My Solis SL 90 working its magic
I wasn't always a coffee fanatic; in fact I didn't start drinking coffee until several years after college. It was friend and fellow skier/runner/cyclist Randy Wint who schooled me in the dark art of roasting, grinding & brewing in the late-1990's. Whenever my skiing adventures would bring me to Lake Placid, NY I would visit Randy and enjoy a home-made latte. It wasn't until the early 2000's when I began working with a couple people who went to school in the Pacific Northwest, that I became a regular "user". They told stories of a coffee mecca where Starbucks was only one of several large chains and espresso could be even be found at small road-side kiosks.
Located deep in Dunkin Donuts country we mail-ordered fresh roasted beans from Peet's Coffee on the left coast and I started using a cheap hand-me down steam-driven espresso maker. It's wasn't long before 1 bar of pressure didn't suffice and I got all opinionated deeming Peet's too "pedestrian". In 2005 I upgraded to a new pump-driven Swiss made Solis Crema SL90 and started mail-ordering beans from Seattle micro-roaster Espresso Vivace. Around the same time Starbucks & Peets were making their way East; opening stores in the Boston metro area. Coffee culture was coming to me!
It wasn't till we moved to Portland, OR in 2006 that I truly understood the depth, berth and origins of third wave coffee culture. In Portland Starbucks was considered the evil coffee empire, new micro-roasters were popping up every few months and local hero Stumptown was considered the gold standard. The Solis continued to pump out a decent home espresso and I had a nearly limitless supply and variety of beans to feed my habit. By the time I left Portland in 2011 my favorite local shop was Barista; founded in 2010 by 2-time Northwest Barista Champion Billy Wilson.
Where the magic happens
$9 per cup of coffee at Barista
So I have Portland to thank for my ongoing quality espresso habit (and Starbucks aversion) but as habits go, this one is not so bad. It was this little extra caffeinated boost that I took to Saratoga yesterday morning for my last uphill tempo run before this weekends USA 1/2 Marathon Trail Running Championships in Bend, OR. To help save my legs I first drove my mountain bike up to Skyline Drive and stashed it in the woods. Downhill running is a great strength building workout but not what I needed so close to race day.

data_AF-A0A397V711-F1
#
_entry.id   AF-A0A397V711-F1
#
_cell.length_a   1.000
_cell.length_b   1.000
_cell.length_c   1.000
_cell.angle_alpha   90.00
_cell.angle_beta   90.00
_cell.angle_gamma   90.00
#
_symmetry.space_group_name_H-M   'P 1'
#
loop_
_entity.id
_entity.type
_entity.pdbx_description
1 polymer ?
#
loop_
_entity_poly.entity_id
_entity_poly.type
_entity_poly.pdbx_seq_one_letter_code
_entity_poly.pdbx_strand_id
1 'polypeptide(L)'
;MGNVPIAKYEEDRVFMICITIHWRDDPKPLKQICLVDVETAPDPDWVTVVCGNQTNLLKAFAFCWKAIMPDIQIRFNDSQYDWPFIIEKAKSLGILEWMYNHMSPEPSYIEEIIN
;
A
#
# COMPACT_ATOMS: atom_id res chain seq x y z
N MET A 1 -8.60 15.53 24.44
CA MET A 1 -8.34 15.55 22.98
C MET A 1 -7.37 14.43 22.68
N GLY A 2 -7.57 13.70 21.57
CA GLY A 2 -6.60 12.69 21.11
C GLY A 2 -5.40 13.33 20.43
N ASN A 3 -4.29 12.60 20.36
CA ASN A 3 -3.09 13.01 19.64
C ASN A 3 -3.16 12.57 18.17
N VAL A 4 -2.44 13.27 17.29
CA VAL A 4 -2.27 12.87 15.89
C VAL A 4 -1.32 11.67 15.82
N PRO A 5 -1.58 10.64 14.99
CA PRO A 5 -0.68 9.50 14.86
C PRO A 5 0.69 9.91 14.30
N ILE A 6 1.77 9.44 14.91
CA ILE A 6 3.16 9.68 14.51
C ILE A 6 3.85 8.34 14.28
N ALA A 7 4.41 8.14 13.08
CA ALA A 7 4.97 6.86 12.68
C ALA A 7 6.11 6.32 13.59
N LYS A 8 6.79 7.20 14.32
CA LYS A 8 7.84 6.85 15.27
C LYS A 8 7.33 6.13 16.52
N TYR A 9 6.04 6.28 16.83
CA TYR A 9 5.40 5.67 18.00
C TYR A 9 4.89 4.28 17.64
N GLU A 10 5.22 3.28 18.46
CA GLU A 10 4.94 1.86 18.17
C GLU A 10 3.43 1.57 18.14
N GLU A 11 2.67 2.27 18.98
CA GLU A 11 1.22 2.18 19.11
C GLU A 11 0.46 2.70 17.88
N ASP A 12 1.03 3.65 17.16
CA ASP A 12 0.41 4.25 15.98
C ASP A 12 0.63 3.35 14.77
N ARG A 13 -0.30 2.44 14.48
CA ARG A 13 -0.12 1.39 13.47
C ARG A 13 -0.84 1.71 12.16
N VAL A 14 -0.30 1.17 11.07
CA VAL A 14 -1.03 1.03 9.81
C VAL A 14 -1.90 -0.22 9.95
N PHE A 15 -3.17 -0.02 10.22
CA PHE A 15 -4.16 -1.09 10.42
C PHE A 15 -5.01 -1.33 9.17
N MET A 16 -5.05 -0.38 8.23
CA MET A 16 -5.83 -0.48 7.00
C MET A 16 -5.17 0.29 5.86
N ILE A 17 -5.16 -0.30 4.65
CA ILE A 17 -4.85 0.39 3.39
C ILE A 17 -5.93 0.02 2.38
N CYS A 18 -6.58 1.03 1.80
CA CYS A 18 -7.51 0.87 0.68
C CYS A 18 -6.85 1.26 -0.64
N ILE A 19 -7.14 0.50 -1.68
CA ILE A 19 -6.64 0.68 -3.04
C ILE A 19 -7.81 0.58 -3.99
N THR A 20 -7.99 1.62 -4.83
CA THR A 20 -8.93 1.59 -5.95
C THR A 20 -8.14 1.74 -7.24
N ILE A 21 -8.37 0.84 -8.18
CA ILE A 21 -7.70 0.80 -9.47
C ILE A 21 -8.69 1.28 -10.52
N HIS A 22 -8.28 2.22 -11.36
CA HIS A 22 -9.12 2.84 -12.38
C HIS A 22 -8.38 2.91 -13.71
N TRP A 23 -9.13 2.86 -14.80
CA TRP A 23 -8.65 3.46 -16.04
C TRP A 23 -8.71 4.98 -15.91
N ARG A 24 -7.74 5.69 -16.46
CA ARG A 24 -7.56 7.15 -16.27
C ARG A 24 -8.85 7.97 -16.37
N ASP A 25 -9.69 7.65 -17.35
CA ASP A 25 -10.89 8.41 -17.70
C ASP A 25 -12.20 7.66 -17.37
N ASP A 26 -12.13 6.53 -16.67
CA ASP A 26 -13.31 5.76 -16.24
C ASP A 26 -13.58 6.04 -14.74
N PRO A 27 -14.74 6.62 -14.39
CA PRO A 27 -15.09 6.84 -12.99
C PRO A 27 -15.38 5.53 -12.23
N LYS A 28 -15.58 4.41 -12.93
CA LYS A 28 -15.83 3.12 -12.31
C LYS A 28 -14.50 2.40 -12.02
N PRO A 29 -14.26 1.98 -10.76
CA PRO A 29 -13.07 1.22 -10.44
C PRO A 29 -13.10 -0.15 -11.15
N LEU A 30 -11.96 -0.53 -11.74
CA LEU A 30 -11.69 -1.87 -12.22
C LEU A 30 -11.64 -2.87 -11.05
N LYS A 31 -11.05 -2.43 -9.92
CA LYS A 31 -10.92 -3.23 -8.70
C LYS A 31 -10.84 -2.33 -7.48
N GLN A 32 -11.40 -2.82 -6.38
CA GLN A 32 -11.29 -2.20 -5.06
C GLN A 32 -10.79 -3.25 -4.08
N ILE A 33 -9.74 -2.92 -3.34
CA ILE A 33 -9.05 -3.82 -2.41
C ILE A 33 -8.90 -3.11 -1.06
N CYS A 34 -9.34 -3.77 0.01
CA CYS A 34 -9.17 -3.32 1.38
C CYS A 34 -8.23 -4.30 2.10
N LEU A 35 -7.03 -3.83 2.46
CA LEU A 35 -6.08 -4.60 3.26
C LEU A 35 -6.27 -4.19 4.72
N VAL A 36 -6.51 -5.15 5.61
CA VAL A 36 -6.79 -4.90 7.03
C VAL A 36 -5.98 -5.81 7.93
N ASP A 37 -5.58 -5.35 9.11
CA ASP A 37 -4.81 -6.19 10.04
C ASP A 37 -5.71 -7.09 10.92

The first 2 miles up Congress Springs Rd (Rt. 9) are pretty shallow climbing only 350' and I used this as a warm-up. At Sanborn Rd the road gets steeper and I used this as my time trial start point. I've biked up the road several times and it's amazing how much longer it seems to take on foot. I quickly got up into zone 4 (threshold) and just held a good steady effort up the long continuous grade to Skyline Drive. My splits were:
Mile 3 - 7:00 - 320' climb - HR 150
Mile 4 - 7:16 - 350' climb - HR 159
Mile 5 - 7:29 - 340' climb - HR 160
Mile 6 - 7:39 - 387' climb - HR 161
Mile 7 - 7:50 - 387' climb - HR 161
Mile 8 - 6:20 - 176' climb - HR 161 (peak 168)
The 6 time trial miles took about 45 minutes. It wasn't quite race pace but exactly the hard effort I needed to train up my aerobic power for upcoming races. It might have felt slow going up but coasting 8 miles downhill in 15 minutes sure was quick. My other workouts this week were easy and uneventful:
Sunday: 10 flat road miles
Monday: 8 mile rolling trail run
Tuesday: 6.5 mile flat road run
This morning I ran easy again - 7 miles of flat easy road running at 7:30 pace. This afternoon I plan to run 4 miles easy......but not before a late afternoon espresso break to perk up my mind.